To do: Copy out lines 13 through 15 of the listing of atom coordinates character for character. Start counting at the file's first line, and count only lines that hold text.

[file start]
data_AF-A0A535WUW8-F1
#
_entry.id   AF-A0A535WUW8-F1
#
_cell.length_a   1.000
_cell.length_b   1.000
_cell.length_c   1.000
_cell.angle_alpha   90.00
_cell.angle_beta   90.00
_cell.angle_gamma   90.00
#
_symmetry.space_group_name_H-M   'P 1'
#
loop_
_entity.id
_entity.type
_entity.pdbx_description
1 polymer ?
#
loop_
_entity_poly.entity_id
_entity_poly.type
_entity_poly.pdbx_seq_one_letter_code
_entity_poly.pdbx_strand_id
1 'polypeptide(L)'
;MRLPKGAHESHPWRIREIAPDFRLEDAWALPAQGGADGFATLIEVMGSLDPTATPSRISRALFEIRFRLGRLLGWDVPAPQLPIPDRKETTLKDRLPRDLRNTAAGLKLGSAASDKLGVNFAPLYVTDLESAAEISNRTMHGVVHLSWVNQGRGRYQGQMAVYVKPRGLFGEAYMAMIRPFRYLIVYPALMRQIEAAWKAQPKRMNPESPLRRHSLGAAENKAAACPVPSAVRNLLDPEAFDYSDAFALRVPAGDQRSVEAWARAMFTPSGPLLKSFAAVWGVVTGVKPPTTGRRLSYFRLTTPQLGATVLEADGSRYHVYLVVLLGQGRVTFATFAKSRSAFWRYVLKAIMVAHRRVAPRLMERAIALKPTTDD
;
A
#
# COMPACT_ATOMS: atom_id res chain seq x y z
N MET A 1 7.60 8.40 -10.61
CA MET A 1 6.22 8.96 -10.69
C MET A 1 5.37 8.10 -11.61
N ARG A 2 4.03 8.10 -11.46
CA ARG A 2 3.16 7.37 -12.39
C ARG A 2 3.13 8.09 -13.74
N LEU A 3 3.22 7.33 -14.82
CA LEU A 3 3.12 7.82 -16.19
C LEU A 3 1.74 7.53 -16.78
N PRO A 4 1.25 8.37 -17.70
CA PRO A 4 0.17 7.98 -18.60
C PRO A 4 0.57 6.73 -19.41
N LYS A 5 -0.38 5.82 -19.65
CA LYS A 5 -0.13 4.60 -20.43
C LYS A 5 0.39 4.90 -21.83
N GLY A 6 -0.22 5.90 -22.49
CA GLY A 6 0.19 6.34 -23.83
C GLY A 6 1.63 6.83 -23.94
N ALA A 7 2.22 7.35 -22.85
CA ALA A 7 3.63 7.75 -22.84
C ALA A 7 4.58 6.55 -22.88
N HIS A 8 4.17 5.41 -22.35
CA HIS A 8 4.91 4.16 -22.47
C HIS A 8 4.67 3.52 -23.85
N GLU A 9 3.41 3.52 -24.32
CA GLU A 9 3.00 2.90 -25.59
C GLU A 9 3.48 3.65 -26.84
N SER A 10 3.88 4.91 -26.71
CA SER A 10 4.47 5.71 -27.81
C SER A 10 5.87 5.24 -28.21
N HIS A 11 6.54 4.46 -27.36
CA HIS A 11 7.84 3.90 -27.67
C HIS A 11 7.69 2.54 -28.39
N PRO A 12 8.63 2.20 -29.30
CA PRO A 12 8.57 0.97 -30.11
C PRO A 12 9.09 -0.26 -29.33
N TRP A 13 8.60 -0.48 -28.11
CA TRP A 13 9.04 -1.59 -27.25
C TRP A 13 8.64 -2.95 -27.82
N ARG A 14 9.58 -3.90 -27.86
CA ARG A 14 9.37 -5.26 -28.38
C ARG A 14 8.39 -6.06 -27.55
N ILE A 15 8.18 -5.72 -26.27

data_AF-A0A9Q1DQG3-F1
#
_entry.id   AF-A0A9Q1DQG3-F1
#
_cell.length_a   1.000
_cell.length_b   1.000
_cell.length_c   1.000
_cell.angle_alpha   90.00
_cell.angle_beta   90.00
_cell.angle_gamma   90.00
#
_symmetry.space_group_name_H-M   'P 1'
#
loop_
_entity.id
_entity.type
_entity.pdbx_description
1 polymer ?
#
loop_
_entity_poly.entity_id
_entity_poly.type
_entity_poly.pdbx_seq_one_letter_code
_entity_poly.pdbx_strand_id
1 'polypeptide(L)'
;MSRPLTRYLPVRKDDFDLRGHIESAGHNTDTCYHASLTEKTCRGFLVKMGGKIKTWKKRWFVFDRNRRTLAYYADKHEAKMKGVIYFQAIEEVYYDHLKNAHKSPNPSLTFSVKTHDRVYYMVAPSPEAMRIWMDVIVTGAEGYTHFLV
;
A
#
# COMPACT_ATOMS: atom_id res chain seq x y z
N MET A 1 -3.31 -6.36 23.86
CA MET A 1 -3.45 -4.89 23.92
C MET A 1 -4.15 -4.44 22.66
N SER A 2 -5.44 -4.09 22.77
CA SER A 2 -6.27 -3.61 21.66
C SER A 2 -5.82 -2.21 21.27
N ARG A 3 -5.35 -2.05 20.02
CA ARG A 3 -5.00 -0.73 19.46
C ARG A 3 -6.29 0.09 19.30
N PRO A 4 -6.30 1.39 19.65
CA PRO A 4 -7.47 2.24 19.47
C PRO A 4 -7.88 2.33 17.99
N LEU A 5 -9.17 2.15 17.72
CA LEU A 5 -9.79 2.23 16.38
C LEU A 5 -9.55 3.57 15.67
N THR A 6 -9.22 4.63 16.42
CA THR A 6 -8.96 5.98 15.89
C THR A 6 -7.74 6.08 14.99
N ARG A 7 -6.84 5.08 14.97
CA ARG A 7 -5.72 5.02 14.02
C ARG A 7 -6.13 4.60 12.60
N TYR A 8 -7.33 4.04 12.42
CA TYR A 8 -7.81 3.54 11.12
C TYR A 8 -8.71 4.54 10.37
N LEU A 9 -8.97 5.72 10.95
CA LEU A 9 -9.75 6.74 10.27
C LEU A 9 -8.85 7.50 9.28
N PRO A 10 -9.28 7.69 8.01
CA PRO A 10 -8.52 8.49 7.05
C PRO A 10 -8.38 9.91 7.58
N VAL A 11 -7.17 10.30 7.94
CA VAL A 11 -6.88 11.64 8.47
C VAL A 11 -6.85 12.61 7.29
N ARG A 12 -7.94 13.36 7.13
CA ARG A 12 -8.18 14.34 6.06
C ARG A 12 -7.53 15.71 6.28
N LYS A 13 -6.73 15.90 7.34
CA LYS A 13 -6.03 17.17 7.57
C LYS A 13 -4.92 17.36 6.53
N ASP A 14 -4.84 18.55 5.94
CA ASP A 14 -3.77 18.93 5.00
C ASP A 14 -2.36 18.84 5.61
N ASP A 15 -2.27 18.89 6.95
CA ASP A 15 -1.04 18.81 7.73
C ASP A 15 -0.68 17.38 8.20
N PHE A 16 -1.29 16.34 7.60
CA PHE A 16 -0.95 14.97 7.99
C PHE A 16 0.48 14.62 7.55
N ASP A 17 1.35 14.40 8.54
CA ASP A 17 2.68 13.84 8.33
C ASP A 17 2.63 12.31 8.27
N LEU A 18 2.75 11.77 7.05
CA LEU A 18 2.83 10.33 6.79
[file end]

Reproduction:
#
loop_
_entity.id